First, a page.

January 2, 2015 – 1:21PM
Senior sports reporter with The Age
It’s called the Asian Cup, and it kicks off on January 9 when Australia hosts Kuwait at AAMI Park in Melbourne.
But a cursory glance at the list of qualifiers raises the question: should it be called the Middle Eastern Cup, or the Gulf Cup part two?
Bahrain, the United Arab Emirates, Saudi Arabia, Oman, Qatar, Iran, Kuwait, Jordan, Iraq and Palestine all hail from what, in FIFA-speak, is known as West Asia.
The rest of us, not forced into tongue-tied definitions because of the dictates of football realpolitik, call it the Middle East.
The only qualifier from their part of the world in Central Asia is Uzbekistan, a former Soviet republic.
Host nation Australia are in the Asian region geographically and for reasons of football politics, but most of their Confederation neighbours would struggle to see Australia as a genuinely Asian country.
That leaves four qualifiers who, in the definition of most secondary-age schoolchildren, would be termed Asian: Japan, South and North Korea, and China.
So what, you might say: what’s the problem?
Surely all of these Middle Eastern nations qualified through an open system of group games and are simply better than the East Asian opponents who faced them in those qualifying competitions?
And it’s not as if the repetition is unknown. What about Europe? All countries from that continent are lumped together for qualifying matches, and if Eastern European nations no longer make it with the frequency they once did that’s because they are not good enough.
But I think there are significant differences between the two cases.
While the economies of many eastern European nations are shaky and the money is no longer there to spend on coaching and development that there was when totalitarian governments invested in sport as a means of propaganda, at least they have a strongly defined football culture.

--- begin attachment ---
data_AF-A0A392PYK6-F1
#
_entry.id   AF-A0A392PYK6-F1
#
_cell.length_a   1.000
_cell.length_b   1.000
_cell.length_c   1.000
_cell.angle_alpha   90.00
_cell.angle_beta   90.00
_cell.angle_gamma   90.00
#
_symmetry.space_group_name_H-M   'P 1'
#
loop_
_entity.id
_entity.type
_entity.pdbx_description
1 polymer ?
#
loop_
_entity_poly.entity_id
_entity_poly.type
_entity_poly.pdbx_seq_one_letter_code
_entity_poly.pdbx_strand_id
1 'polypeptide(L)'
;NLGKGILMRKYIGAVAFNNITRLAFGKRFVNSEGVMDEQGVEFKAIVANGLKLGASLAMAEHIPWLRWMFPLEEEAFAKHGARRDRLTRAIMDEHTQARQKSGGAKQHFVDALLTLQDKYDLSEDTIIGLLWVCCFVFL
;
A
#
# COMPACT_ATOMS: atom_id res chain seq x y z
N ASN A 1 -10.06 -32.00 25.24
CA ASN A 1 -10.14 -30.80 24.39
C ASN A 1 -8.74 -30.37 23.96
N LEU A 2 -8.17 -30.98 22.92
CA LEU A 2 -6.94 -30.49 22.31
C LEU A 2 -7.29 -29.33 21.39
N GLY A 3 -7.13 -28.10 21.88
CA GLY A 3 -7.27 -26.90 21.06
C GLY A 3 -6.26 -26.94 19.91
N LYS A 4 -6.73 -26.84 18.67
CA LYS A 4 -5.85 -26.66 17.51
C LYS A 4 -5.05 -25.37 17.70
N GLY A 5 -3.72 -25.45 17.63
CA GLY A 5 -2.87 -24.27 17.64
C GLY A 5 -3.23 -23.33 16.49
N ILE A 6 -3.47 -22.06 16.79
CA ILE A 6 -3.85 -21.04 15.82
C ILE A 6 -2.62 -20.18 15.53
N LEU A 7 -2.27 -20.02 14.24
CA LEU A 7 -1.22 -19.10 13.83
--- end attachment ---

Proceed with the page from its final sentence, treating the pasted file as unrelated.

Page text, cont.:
They may, at some point in the near future, begin a football renaissance through the talent that might emerge despite the lack of resources.
In many countries of South-East Asia there is not just a lack of cash to develop a football infrastructure but there is simply not a deep-rooted football culture.
The likelihood of Sri Lanka, Guam, Thailand, Malaysia or even wealthy Hong Kong seriously threatening their powerful Middle Eastern rivals, who have money, emerging leagues and a football culture that has developed rapidly in the past four decades, is slim.
So what, you might say. That’s the way of the world.
But does it have to be? After all, it does all get quite samey.
The 2011 Asian Cup in Qatar boasted 14 of the 16 nations who have qualified this time. The differences are Oman and Palestine, who made it to Australia, in place of Syria and India from 2011.
In 2007 there was a fair bit of variation as the tournament was staged across four countries, so Indonesia, Vietnam, Thailand and Malaysia all qualified as hosts. Even so, of the remaining 12 qualifiers, seven came from the Middle East.
Of course, there always will be powerful nations who qualify almost as a matter of course all over the world. Mexico have dominated in Concacaf World Cup qualifying for decades, with only the US recently challenging.
The European giants of Italy and Germany invariably make it to World Cups and Euro championships whatever else is happening in football on the continent, while Brazil have not missed a World Cup from South America.